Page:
The only possibly valid criticism of The Mummy's special effects, which are excellent, is that there are too many of them too soon. One of the brilliant things about Raiders is the slow revelation of its supernatural elements: When you finally see faces melting and spirits scampering about killing Nazis, you're primed for it, and the effect is thrilling. But in this movie, you get the F/X porn right away, and I must say the effect is a bit like eating an entire meal of desserts: Your palate can no longer distinguish the good from the very good, and you end up a little numb.

And the case could be made that the film will let down both hard-core geeks and gore-phobic parents. There's just enough zombie-movie creepiness (in particular the thousands of flesh-eating scarab beetles) to disqualify this as an all-ages adventure. That said, a lot of people who are expecting a total creep-out will also be disappointed; there's some pretty broad comedy here — like you'd find in Evil Dead 2 or Dead Alive — that might disappoint hard-core horror buffs. The trick, in my opinion, is to remember the following: It's not a horror movie, it's a monster movie. Big difference.

*          *          *

Universal's The Mummy: Ultimate Edition improves upon their previous "Collector's Edition" discs by including both anamorphic widescreen (2.35:1) and pan-and-scan (1.33:1) transfers on separate discs. Audio is available DTS 5.1 and Dolby Digital 5.1 on the widescreen version (English only); on the full-frame transfer are Dolby Digital 5.1 tracks in English and French, and an additional Dolby 2.0 Surround track in Spanish.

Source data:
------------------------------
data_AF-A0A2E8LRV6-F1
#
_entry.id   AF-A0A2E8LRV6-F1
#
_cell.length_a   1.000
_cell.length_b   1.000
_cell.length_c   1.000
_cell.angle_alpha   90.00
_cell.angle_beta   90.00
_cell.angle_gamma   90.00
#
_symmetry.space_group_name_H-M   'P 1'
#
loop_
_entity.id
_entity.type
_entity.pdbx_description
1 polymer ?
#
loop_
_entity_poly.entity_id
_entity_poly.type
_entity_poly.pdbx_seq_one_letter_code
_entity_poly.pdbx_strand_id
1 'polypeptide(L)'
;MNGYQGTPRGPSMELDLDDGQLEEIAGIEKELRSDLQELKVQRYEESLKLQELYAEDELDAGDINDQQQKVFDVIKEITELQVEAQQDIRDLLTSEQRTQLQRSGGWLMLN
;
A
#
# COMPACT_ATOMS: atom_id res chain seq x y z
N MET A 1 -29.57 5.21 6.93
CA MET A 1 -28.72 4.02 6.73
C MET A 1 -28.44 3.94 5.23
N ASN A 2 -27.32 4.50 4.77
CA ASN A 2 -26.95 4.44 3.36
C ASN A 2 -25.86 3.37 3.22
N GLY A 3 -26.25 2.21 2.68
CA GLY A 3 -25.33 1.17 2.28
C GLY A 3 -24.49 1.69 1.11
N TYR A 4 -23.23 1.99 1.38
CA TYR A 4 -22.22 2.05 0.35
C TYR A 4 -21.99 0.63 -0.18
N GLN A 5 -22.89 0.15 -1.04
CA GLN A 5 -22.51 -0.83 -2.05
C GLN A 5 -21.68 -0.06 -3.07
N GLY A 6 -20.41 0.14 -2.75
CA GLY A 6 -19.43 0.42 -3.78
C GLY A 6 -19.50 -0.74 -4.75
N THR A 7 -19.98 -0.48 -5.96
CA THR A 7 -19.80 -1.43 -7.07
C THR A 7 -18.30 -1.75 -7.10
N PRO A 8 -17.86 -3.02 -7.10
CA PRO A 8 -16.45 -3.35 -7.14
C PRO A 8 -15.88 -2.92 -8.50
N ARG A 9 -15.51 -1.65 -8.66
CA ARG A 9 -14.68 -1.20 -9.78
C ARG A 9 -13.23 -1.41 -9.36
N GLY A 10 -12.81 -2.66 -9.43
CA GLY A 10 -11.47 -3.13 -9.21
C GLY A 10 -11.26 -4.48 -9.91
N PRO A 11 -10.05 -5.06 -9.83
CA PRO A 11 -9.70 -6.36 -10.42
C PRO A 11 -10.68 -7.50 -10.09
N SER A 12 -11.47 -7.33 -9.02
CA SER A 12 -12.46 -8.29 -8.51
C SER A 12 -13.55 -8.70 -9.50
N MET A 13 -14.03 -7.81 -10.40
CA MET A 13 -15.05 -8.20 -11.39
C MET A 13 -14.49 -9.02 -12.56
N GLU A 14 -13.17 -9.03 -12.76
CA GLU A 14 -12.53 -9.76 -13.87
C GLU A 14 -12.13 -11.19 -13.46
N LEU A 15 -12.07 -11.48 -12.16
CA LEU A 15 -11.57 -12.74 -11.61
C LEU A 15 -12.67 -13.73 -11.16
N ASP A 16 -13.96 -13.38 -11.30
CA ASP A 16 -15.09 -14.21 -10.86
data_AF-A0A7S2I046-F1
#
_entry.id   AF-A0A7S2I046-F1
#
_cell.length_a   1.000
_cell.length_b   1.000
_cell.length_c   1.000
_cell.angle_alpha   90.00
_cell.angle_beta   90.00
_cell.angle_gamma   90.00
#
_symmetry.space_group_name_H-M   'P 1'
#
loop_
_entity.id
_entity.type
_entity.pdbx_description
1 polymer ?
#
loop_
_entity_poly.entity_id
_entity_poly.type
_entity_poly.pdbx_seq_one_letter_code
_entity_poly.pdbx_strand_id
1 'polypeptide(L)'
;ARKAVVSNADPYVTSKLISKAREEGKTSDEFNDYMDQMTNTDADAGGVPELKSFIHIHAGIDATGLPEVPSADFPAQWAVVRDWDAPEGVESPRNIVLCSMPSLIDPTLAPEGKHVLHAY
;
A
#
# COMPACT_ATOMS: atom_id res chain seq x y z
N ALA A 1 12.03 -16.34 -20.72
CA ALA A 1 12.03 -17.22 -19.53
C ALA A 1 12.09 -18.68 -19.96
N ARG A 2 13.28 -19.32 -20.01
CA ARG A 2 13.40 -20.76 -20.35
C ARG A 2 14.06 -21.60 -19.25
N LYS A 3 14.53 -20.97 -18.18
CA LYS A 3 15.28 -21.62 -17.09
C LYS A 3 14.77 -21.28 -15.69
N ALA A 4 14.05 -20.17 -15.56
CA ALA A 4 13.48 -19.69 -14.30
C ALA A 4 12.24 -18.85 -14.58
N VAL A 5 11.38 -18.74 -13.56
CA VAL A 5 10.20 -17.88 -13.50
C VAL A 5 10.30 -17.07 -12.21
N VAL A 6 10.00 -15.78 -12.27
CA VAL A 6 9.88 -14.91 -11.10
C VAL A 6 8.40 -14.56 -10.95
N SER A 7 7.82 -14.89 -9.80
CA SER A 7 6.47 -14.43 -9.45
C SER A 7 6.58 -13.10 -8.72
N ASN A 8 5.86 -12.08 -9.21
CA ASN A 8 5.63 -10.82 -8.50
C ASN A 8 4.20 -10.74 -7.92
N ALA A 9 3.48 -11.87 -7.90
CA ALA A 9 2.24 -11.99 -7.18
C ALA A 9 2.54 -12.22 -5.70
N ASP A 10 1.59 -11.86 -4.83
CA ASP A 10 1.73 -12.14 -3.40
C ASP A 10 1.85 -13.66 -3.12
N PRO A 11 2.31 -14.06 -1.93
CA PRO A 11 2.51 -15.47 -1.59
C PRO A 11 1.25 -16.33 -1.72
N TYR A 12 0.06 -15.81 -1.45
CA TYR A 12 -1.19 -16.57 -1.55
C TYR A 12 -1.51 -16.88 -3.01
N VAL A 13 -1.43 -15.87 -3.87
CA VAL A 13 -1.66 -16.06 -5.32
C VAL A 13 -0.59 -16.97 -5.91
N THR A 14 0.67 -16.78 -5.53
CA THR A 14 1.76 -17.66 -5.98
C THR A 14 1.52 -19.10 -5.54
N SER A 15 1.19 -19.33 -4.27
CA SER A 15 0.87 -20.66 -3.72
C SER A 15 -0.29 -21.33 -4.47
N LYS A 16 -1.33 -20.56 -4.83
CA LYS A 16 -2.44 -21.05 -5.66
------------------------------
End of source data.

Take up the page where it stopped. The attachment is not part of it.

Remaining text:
Supplements on Disc One include a commentary with director Stephen Sommers and editor Bob Ducsay (from the previous disc), a new commentary by Brendan Fraser, and another new track with actors Oded Fehr, Kevin J. O'Connor, and Arnold Vosloo. Also on Disc One are retreads from the previous disc, including the 50-minute Building a Better Mummy documentary, offering a behind-the-scenes look at the movie, as well as a discussion on its place in Hollywood mummy lore; Egyptology 101, a text-based overview of Egyptian culture, with extensive sections on The Gods, The Immortals, The Ten Plagues, Artifacts, and a map with important locations (get through all of these screens and you should be able to bluff your way through your next cocktail party as a nascent archeologist); and both Production Notes and Cast and Filmmakers textual supplements.

The extras on Disc Two include a new 11-minute "The Mummy Returns" featurette with a look at the May 2001 sequel, as well as a new Storyboard to Film comparison with three scenes ("Hangman's Noose," "Scarab Run," "Trouble in Cairo.") Also new is a four-minute Photograph Montage with movie stills and some behind-the-scenes shots (as usual on Universal discs, the score plays in the background), a textual Pharaoh Lineage supplement, and there are a few additional Weblinks as well. Returning from the previous Mummy disc is a feature on the Visual and Special Effects, dissecting five passages of the film through the progression of plate photography, visual effects elements, composited shots, and the final feature sequence, all with running commentary by visual effects supervisor John Berton (and required viewing for all film students who plan to work with digital elements). Three Deleted Scenes return, as well as a Theatrical Trailers for The Mummy and The Mummy Returns.

(Missing from the original "Collector's Edition"? The "Universal Showcase," with trailers for End of Days and For Love of the Game. Not a big deal, really, but there are two trailers for The Mummy as well — only one of them is on this new release).

— Alexandra DuPont

Disc One

Disc Two